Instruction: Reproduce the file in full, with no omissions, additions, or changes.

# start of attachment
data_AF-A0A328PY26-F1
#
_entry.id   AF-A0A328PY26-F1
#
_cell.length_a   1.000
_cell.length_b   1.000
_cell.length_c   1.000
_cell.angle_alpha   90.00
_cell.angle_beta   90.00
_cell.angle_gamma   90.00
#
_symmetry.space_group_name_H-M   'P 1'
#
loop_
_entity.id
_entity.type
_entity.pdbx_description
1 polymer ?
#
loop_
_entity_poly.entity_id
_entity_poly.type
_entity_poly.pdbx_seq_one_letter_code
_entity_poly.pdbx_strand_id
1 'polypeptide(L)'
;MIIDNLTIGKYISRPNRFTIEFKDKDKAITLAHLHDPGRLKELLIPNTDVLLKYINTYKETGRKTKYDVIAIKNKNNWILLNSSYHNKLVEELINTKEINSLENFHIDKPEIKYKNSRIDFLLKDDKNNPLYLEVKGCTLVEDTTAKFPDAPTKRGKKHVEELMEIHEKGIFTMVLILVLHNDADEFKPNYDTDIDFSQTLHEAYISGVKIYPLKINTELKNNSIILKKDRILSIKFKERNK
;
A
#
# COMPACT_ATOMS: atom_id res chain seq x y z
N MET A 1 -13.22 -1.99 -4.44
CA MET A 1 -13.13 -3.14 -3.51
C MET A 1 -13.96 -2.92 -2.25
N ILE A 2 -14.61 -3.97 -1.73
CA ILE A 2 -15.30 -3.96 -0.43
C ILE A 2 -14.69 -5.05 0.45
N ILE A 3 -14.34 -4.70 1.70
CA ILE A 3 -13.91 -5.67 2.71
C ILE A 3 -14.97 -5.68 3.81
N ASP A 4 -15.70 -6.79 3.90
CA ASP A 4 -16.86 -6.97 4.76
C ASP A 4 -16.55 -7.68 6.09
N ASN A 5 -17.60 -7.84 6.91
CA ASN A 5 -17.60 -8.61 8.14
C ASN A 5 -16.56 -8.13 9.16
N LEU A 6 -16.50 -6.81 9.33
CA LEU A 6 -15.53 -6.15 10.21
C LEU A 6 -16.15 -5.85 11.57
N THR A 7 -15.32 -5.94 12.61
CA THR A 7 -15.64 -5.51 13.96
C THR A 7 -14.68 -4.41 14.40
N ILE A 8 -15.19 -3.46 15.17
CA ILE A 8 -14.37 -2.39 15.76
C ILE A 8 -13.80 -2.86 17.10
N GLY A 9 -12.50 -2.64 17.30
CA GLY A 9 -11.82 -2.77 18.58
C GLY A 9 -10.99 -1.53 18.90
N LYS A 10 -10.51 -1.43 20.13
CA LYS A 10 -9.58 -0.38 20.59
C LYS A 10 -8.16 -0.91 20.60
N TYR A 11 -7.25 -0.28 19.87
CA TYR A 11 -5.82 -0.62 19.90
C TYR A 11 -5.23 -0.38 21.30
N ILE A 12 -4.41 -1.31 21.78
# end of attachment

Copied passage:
data_AF-A0A328PY26-F1
#
_entry.id   AF-A0A328PY26-F1
#
_cell.length_a   1.000
_cell.length_b   1.000
_cell.length_c   1.000
_cell.angle_alpha   90.00
_cell.angle_beta   90.00
_cell.angle_gamma   90.00
#
_symmetry.space_group_name_H-M   'P 1'
#
loop_
_entity.id
_entity.type
_entity.pdbx_description
1 polymer ?
#
loop_
_entity_poly.entity_id
_entity_poly.type
_entity_poly.pdbx_seq_one_letter_code
_entity_poly.pdbx_strand_id
1 'polypeptide(L)'
;MIIDNLTIGKYISRPNRFTIEFKDKDKAITLAHLHDPGRLKELLIPNTDVLLKYINTYKETGRKTKYDVIAIKNKNNWILLNSSYHNKLVEELINTKEINSLENFHIDKPEIKYKNSRIDFLLKDDKNNPLYLEVKGCTLVEDTTAKFPDAPTKRGKKHVEELMEIHEKGIFTMVLILVLHNDADEFKPNYDTDIDFSQTLHEAYISGVKIYPLKINTELKNNSIILKKDRILSIKFKERNK
;
A
#
# COMPACT_ATOMS: atom_id res chain seq x y z
N MET A 1 -13.22 -1.99 -4.44
CA MET A 1 -13.13 -3.14 -3.51
C MET A 1 -13.96 -2.92 -2.25
N ILE A 2 -14.61 -3.97 -1.73
CA ILE A 2 -15.30 -3.96 -0.43
C ILE A 2 -14.69 -5.05 0.45
N ILE A 3 -14.34 -4.70 1.70
CA ILE A 3 -13.91 -5.67 2.71
C ILE A 3 -14.97 -5.68 3.81
N ASP A 4 -15.70 -6.79 3.90
CA ASP A 4 -16.86 -6.97 4.76
C ASP A 4 -16.55 -7.68 6.09
N ASN A 5 -17.60 -7.84 6.91
CA ASN A 5 -17.60 -8.61 8.14
C ASN A 5 -16.56 -8.13 9.16
N LEU A 6 -16.50 -6.81 9.33
CA LEU A 6 -15.53 -6.15 10.21
C LEU A 6 -16.15 -5.85 11.57
N THR A 7 -15.32 -5.94 12.61
CA THR A 7 -15.64 -5.51 13.96
C THR A 7 -14.68 -4.41 14.40
N ILE A 8 -15.19 -3.46 15.17
CA ILE A 8 -14.37 -2.39 15.76
C ILE A 8 -13.80 -2.86 17.10
N GLY A 9 -12.50 -2.64 17.30
CA GLY A 9 -11.82 -2.77 18.58
C GLY A 9 -10.99 -1.53 18.90
N LYS A 10 -10.51 -1.43 20.13
CA LYS A 10 -9.58 -0.38 20.59
C LYS A 10 -8.16 -0.91 20.60
N TYR A 11 -7.25 -0.28 19.87
CA TYR A 11 -5.82 -0.62 19.90
C TYR A 11 -5.23 -0.38 21.30
N ILE A 12 -4.41 -1.31 21.78